In 1784, the Board of Directors of the Concerts de la Loge Olympique in Paris asked Haydn to write six symphonies for their concert series; this was the composer's first foreign commission, having spent most of his professional life in service at the Esterházy court. The Loge Olympique concerts, instituted in 1780, were among the most prestigious in France; Marie Antoinette was an occasional attendee, as were various officials from the court at Versailles. Over the next two years Haydn composed the Symphonies Nos. 82 through 87, now known collectively as the "Paris" Symphonies, for the large orchestra -- the largest Haydn ever had at his disposal, featuring up to 40 violins, ten double basses, and as many as four of each woodwind -- of the Loge Olympique. Despite its numbering as the first of the six, the Symphony No. 82 was in fact the last of these works to be written; it was completed in 1786.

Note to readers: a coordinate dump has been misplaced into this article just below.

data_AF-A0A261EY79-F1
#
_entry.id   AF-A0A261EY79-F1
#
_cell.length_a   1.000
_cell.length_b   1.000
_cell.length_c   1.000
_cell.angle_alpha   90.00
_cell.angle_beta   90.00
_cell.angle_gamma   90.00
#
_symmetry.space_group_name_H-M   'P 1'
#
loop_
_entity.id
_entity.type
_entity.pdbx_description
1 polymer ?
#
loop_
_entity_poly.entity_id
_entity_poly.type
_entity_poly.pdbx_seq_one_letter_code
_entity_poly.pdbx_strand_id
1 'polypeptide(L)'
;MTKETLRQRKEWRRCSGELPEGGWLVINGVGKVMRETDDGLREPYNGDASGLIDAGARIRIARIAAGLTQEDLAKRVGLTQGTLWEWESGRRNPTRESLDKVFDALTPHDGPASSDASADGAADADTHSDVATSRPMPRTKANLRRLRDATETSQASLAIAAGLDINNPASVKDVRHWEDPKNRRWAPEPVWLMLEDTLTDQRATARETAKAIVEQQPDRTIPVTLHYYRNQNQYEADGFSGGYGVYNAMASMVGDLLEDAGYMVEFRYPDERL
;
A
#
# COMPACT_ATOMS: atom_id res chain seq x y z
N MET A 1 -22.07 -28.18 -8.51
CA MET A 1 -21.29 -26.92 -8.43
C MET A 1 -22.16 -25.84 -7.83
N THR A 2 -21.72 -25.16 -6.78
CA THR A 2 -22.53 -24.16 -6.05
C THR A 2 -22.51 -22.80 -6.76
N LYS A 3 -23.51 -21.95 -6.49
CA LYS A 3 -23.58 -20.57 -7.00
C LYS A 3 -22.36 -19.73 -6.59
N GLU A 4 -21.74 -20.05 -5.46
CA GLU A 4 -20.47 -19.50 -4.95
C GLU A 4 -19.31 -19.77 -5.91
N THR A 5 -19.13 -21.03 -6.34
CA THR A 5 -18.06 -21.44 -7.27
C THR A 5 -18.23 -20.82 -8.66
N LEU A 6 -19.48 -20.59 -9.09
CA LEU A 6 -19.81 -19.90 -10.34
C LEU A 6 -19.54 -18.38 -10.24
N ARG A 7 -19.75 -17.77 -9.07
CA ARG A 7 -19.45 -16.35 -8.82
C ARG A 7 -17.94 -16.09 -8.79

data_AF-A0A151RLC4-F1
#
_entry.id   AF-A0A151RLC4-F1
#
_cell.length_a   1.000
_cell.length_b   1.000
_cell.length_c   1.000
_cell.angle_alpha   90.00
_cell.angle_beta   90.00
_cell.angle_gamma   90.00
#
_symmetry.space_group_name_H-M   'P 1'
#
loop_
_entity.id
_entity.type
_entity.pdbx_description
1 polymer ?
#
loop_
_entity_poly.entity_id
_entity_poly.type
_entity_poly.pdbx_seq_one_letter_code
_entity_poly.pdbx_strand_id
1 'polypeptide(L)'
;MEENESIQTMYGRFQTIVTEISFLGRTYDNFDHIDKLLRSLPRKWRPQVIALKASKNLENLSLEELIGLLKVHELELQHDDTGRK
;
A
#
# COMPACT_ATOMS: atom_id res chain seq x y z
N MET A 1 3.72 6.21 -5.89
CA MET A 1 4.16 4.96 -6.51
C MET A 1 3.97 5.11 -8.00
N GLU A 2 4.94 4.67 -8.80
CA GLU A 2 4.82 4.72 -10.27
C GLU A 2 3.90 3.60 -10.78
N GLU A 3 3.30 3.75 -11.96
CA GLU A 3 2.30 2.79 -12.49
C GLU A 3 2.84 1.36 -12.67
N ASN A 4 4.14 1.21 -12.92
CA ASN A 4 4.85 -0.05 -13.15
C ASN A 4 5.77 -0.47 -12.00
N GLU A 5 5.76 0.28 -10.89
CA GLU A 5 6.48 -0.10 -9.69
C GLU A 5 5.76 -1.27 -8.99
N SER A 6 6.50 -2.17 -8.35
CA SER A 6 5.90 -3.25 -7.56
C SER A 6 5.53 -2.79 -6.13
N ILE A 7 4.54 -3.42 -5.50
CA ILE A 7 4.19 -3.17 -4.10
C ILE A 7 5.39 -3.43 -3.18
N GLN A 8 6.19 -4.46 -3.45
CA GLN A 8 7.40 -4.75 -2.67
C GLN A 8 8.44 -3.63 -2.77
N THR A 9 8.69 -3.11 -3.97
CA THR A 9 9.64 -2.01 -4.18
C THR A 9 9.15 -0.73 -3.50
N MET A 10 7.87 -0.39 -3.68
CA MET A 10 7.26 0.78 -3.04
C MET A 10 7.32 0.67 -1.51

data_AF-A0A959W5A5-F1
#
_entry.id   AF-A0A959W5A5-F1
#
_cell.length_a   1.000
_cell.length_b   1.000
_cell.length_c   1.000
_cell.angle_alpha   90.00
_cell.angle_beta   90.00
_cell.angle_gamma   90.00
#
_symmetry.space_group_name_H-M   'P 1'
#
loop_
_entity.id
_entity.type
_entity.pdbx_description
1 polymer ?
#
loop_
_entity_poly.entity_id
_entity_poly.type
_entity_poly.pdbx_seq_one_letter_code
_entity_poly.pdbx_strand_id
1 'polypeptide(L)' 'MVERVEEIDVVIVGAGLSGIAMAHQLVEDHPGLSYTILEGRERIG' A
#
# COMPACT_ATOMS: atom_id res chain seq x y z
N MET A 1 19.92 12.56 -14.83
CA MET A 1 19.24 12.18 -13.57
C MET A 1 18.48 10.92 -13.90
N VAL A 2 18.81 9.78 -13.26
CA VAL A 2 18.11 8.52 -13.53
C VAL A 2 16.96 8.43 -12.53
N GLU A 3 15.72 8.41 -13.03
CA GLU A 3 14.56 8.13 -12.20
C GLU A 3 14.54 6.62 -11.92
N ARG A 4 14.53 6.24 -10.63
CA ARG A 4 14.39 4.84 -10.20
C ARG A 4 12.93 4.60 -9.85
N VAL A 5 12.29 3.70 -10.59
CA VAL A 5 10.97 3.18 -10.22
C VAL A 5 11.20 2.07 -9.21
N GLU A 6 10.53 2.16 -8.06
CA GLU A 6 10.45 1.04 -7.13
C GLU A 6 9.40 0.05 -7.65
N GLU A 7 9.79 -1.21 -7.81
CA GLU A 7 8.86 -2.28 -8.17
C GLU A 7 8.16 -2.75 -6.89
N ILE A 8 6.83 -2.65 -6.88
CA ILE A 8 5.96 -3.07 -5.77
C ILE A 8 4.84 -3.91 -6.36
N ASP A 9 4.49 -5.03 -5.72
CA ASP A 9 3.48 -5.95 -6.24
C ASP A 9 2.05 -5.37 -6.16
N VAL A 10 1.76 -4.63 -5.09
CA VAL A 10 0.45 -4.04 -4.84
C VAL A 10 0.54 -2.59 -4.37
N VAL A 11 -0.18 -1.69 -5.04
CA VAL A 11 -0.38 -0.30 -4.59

The first movement (Vivace assai) alternates between the festive, extroverted mood of its opening theme, and the more thoughtful, graceful tone of the second (which makes its first appearance in the strings over a quiet drone from the bassoon). Development section and recapitulation are especially inventively blurred, even by the high standards of this period of Haydn's career. The second movement isn't a true slow movement but rather an Allegretto -- a theme and variations based on a theme in two parts, the first flowing, the second with a tinge of agitation.
The Menuetto third movement opens and closes with pomp and ceremony; this music frames a playful, graceful trio section in which Haydn's colorful woodwind scoring comes to the fore. The final movement is the one that provides this work its nickname, "The Bear." It features a rustic tune played over a comical drone, which suggested to its early listeners the sound of bagpipes and the dancing bears which frolicked to their sound at village fairs. Haydn moves from these rustic sounds into some exciting contrapuntal development that builds up to a false ending, giving him the opportunity for one last exciting drive to the real conclusion.